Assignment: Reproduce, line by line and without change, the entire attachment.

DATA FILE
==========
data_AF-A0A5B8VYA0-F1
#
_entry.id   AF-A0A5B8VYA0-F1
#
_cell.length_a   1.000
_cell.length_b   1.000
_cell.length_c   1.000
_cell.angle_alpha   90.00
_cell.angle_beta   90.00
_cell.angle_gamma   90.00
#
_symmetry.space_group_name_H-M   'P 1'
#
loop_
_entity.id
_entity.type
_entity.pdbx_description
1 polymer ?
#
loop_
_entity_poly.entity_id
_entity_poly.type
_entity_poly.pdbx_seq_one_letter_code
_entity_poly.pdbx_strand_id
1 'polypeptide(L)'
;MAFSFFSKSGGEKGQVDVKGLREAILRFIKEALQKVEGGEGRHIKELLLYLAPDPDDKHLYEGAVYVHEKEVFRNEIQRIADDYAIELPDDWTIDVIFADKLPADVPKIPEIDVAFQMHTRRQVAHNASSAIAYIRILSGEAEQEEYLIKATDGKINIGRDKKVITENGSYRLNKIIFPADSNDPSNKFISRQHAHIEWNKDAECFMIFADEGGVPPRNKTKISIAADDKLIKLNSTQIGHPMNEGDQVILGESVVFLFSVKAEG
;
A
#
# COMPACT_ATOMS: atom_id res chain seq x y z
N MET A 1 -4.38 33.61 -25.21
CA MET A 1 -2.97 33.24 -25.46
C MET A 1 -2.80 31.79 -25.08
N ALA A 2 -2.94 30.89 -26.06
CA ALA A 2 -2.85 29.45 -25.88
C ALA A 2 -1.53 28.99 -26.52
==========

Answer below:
data_AF-A0A5B8VYA0-F1
#
_entry.id   AF-A0A5B8VYA0-F1
#
_cell.length_a   1.000
_cell.length_b   1.000
_cell.length_c   1.000
_cell.angle_alpha   90.00
_cell.angle_beta   90.00
_cell.angle_gamma   90.00
#
_symmetry.space_group_name_H-M   'P 1'
#
loop_
_entity.id
_entity.type
_entity.pdbx_description
1 polymer ?
#
loop_
_entity_poly.entity_id
_entity_poly.type
_entity_poly.pdbx_seq_one_letter_code
_entity_poly.pdbx_strand_id
1 'polypeptide(L)'
;MAFSFFSKSGGEKGQVDVKGLREAILRFIKEALQKVEGGEGRHIKELLLYLAPDPDDKHLYEGAVYVHEKEVFRNEIQRIADDYAIELPDDWTIDVIFADKLPADVPKIPEIDVAFQMHTRRQVAHNASSAIAYIRILSGEAEQEEYLIKATDGKINIGRDKKVITENGSYRLNKIIFPADSNDPSNKFISRQHAHIEWNKDAECFMIFADEGGVPPRNKTKISIAADDKLIKLNSTQIGHPMNEGDQVILGESVVFLFSVKAEG
;
A
#
# COMPACT_ATOMS: atom_id res chain seq x y z
N MET A 1 -4.38 33.61 -25.21
CA MET A 1 -2.97 33.24 -25.46
C MET A 1 -2.80 31.79 -25.08
N ALA A 2 -2.94 30.89 -26.06
CA ALA A 2 -2.85 29.45 -25.88
C ALA A 2 -1.53 28.99 -26.52